Link Scooter concept illustration
Small electric-driven scooters would be available for hire in downtown Sydney, Australia as envisioned in this James Dyson Award competition entry.

City Scooting Sydney-Style

Student entry into the James Dyson Award competition envisions electric scooter board rentals.

By EVWorldwire

James Dyson is one of the world's best known consumer product designers. His vacuum cleaner set the bar for successful consumer product design.

The James Dyson Award competition attracts scores of innovative design ideas from design students across Australia. One of the more intriguing concepts comes from University of New South Wales student designer Anton Grimes.

Called the Link Scooter, it takes the concept of shared bikes like that found in Paris down a notch, while adding an electric drive component. As depicted in the four panel photo below, four Razor-like electric scooter boards are mounted on a central recharging bays that are attached to Streetscape Smart Poles found in downtown Sydney, Australia.

Link Scooter rental center

The scooter is rented (hired) for short urban commutes and can be returned to its original location or another available rental point. Grimes has made some improvements to the Razor-modeled scooter, including a simplier folding mechanism. For safety reasons, the scooter is limited to a top speed of 16 km/hr (10 mph) and registrants in the system are required to wear a helmet, which they are issued at the time they sign up to participate.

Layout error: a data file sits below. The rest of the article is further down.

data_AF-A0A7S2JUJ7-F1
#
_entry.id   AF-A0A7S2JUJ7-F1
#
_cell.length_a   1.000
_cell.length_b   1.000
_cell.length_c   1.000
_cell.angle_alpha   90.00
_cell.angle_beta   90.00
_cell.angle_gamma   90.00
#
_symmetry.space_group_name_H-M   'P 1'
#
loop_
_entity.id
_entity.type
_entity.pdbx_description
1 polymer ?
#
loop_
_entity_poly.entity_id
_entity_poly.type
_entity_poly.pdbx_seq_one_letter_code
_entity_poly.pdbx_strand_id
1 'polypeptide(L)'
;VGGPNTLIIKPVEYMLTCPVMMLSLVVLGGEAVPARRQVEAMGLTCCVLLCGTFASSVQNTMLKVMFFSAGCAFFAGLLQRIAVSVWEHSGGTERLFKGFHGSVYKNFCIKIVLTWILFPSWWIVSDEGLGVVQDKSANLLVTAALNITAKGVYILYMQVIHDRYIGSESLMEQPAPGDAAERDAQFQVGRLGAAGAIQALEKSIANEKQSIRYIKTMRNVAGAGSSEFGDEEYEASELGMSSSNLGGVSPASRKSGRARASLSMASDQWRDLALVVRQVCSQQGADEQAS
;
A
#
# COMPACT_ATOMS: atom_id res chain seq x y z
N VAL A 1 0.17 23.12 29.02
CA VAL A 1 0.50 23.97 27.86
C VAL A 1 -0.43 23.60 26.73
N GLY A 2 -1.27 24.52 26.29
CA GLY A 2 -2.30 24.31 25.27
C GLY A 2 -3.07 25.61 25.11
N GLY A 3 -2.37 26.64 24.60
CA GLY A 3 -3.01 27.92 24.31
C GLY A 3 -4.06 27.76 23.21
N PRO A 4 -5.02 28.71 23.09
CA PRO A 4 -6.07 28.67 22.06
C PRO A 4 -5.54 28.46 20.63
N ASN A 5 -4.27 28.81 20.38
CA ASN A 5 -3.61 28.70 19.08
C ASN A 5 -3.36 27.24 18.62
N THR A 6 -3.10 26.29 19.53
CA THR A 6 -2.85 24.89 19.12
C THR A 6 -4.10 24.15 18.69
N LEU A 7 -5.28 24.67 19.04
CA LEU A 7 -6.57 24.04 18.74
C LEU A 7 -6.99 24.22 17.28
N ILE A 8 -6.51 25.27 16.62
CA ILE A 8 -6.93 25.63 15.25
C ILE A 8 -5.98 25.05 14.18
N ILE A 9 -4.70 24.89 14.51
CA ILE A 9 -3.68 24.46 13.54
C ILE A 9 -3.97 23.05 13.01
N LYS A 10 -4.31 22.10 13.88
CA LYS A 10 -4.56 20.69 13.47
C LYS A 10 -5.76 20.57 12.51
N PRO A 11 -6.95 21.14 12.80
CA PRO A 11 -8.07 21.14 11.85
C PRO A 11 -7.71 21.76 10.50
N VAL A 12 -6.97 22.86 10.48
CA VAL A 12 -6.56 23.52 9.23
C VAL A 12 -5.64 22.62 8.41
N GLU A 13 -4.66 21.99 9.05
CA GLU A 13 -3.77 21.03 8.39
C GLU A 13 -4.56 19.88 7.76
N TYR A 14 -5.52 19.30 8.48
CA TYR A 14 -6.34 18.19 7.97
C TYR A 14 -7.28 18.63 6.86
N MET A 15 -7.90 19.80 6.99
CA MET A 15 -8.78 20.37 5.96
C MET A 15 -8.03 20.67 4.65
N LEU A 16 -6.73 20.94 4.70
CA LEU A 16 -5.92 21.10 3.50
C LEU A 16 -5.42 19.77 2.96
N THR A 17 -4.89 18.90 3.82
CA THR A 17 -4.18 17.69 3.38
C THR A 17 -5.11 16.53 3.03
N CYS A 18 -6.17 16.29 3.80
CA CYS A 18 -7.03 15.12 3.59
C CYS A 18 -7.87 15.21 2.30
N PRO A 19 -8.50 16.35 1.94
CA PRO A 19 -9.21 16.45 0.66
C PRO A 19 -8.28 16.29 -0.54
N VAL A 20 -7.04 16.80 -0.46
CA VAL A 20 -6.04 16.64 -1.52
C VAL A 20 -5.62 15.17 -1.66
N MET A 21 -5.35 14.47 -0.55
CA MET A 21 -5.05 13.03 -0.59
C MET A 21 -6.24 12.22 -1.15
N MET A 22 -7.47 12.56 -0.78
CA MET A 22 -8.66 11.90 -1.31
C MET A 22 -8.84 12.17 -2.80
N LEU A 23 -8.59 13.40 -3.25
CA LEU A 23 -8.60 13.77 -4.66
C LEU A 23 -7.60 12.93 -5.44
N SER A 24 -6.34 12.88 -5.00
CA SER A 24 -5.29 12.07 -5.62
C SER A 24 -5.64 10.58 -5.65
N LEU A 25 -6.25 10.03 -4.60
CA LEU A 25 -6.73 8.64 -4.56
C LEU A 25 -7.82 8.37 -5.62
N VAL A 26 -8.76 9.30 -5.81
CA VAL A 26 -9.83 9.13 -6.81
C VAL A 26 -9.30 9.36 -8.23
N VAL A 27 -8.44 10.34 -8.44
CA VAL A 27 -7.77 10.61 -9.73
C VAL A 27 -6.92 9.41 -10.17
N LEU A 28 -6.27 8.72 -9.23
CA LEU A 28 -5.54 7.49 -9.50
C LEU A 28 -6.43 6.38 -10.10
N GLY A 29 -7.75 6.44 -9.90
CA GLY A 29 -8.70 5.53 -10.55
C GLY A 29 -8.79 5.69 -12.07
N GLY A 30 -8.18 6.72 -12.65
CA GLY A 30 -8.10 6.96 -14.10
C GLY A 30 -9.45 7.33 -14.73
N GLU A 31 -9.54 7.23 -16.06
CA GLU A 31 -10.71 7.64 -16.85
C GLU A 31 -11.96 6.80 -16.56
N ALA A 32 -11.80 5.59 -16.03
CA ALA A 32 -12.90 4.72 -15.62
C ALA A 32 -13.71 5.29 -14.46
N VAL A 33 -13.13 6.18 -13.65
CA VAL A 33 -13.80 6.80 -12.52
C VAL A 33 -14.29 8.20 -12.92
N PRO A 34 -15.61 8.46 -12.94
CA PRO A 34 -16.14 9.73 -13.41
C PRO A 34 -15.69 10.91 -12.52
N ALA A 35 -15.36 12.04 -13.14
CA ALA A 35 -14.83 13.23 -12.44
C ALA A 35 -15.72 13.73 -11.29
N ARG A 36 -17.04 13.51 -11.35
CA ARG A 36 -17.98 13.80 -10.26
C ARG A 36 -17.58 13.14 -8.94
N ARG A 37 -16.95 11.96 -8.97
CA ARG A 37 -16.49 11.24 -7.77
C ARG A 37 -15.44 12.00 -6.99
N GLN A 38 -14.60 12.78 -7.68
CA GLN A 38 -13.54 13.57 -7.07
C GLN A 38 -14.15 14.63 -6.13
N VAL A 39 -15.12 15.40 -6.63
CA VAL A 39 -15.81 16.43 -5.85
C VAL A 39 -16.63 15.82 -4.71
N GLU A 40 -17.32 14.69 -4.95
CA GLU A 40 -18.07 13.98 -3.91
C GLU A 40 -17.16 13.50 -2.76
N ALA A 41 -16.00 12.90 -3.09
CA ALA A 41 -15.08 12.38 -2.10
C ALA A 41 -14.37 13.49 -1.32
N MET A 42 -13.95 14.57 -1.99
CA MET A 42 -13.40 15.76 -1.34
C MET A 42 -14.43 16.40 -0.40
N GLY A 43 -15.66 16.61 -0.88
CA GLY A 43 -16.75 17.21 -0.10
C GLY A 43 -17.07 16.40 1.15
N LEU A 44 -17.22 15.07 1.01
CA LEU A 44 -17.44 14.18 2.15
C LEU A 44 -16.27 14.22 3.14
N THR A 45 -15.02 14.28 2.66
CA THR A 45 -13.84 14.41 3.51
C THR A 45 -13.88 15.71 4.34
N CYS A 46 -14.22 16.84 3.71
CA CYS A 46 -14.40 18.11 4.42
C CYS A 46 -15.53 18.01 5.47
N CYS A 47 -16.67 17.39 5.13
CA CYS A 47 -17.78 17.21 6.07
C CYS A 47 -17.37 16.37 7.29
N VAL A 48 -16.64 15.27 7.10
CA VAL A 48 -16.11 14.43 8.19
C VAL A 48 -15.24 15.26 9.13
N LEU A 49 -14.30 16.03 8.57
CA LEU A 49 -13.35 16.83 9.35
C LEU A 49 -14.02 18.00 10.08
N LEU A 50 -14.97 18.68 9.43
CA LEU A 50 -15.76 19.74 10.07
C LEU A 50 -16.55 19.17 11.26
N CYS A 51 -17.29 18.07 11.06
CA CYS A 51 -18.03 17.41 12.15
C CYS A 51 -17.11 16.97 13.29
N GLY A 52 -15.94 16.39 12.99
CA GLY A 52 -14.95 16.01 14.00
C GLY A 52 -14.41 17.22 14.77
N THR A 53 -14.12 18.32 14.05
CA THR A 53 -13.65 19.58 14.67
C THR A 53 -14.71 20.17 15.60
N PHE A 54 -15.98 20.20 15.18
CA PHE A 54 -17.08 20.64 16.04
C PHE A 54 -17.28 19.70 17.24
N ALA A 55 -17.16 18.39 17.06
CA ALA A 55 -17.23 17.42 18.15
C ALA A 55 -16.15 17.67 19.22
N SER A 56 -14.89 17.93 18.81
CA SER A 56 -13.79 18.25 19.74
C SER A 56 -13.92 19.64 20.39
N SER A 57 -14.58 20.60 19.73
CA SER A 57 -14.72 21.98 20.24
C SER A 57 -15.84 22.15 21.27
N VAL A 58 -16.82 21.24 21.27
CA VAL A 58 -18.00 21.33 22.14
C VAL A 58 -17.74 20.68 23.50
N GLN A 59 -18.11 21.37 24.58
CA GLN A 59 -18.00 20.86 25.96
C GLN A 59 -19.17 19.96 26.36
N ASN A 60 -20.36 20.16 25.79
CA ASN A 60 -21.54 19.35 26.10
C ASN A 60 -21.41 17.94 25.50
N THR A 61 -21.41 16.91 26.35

Link Scooter electric design details

The overall goal of the Grimes' design is to reduce urban congestion and pollution. In describing his entry, he writes,"With increasing demand on an already over-stretched transport infrastructure it makes sense to shift the way that we move, by taking up less space per individual while in transit. The energy required to move the individual is also greatly reduced by reducing the size and weight of the vehicle.

"The device also removes direct emissions away from the city and with the addition of environmentally sustainable power generation off-site, the device has the potential to have no net emissions."

While he recognizes that the use of aluminum for both the scooter and rental/charging hub is energy intensive, it does allow for greater product durability and when it comes time to recycle both, it can be "cleanly mechanically separated in order to recover the material for re-use."

Times Article Viewed: 7131
Published: 14-Mar-2009


blog comments powered by Disqus